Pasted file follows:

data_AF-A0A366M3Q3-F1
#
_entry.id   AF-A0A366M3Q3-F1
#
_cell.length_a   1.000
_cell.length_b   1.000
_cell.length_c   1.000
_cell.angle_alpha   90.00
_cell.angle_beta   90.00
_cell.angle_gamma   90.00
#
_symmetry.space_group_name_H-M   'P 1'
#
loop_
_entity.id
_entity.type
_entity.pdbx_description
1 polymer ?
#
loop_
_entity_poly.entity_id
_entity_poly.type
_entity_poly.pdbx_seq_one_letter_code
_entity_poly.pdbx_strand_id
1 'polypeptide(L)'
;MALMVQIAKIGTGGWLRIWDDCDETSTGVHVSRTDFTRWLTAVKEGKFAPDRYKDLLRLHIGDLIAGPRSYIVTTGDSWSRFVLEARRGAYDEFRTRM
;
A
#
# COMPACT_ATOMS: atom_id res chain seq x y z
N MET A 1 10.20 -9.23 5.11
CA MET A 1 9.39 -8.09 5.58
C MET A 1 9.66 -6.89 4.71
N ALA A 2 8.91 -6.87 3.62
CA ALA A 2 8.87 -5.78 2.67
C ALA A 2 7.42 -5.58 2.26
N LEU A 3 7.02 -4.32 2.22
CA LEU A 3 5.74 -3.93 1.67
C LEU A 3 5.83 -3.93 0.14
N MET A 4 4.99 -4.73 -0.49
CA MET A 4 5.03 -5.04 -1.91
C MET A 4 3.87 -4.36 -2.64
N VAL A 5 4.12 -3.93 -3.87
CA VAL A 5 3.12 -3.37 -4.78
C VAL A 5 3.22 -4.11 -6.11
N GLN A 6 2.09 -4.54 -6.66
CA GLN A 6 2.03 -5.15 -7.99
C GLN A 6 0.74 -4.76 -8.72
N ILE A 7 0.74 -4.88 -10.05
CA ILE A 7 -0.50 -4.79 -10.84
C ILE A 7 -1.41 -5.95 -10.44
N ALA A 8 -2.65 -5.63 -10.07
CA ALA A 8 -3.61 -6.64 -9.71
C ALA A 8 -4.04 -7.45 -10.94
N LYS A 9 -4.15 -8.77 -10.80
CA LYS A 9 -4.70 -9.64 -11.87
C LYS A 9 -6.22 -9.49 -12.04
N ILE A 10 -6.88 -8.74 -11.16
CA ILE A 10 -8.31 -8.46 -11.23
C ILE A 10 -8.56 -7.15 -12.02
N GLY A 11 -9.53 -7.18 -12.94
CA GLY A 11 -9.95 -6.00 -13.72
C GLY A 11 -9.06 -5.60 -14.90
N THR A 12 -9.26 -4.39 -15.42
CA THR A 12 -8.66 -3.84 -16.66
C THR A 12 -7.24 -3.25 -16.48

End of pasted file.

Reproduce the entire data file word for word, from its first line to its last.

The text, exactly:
data_AF-A0A366M3Q3-F1
#
_entry.id   AF-A0A366M3Q3-F1
#
_cell.length_a   1.000
_cell.length_b   1.000
_cell.length_c   1.000
_cell.angle_alpha   90.00
_cell.angle_beta   90.00
_cell.angle_gamma   90.00
#
_symmetry.space_group_name_H-M   'P 1'
#
loop_
_entity.id
_entity.type
_entity.pdbx_description
1 polymer ?
#
loop_
_entity_poly.entity_id
_entity_poly.type
_entity_poly.pdbx_seq_one_letter_code
_entity_poly.pdbx_strand_id
1 'polypeptide(L)'
;MALMVQIAKIGTGGWLRIWDDCDETSTGVHVSRTDFTRWLTAVKEGKFAPDRYKDLLRLHIGDLIAGPRSYIVTTGDSWSRFVLEARRGAYDEFRTRM
;
A
#
# COMPACT_ATOMS: atom_id res chain seq x y z
N MET A 1 10.20 -9.23 5.11
CA MET A 1 9.39 -8.09 5.58
C MET A 1 9.66 -6.89 4.71
N ALA A 2 8.91 -6.87 3.62
CA ALA A 2 8.87 -5.78 2.67
C ALA A 2 7.42 -5.58 2.26
N LEU A 3 7.02 -4.32 2.22
CA LEU A 3 5.74 -3.93 1.67
C LEU A 3 5.83 -3.93 0.14
N MET A 4 4.99 -4.73 -0.49
CA MET A 4 5.03 -5.04 -1.91
C MET A 4 3.87 -4.36 -2.64
N VAL A 5 4.12 -3.93 -3.87
CA VAL A 5 3.12 -3.37 -4.78
C VAL A 5 3.22 -4.11 -6.11
N GLN A 6 2.09 -4.54 -6.66
CA GLN A 6 2.03 -5.15 -7.99
C GLN A 6 0.74 -4.76 -8.72
N ILE A 7 0.74 -4.88 -10.05
CA ILE A 7 -0.50 -4.79 -10.84
C ILE A 7 -1.41 -5.95 -10.44
N ALA A 8 -2.65 -5.63 -10.07
CA ALA A 8 -3.61 -6.64 -9.71
C ALA A 8 -4.04 -7.45 -10.94
N LYS A 9 -4.15 -8.77 -10.80
CA LYS A 9 -4.70 -9.64 -11.87
C LYS A 9 -6.22 -9.49 -12.04
N ILE A 10 -6.88 -8.74 -11.16
CA ILE A 10 -8.31 -8.46 -11.23
C ILE A 10 -8.56 -7.15 -12.02
N GLY A 11 -9.53 -7.18 -12.94
CA GLY A 11 -9.95 -6.00 -13.72
C GLY A 11 -9.06 -5.60 -14.90
N THR A 12 -9.26 -4.39 -15.42
CA THR A 12 -8.66 -3.84 -16.66
C THR A 12 -7.24 -3.25 -16.48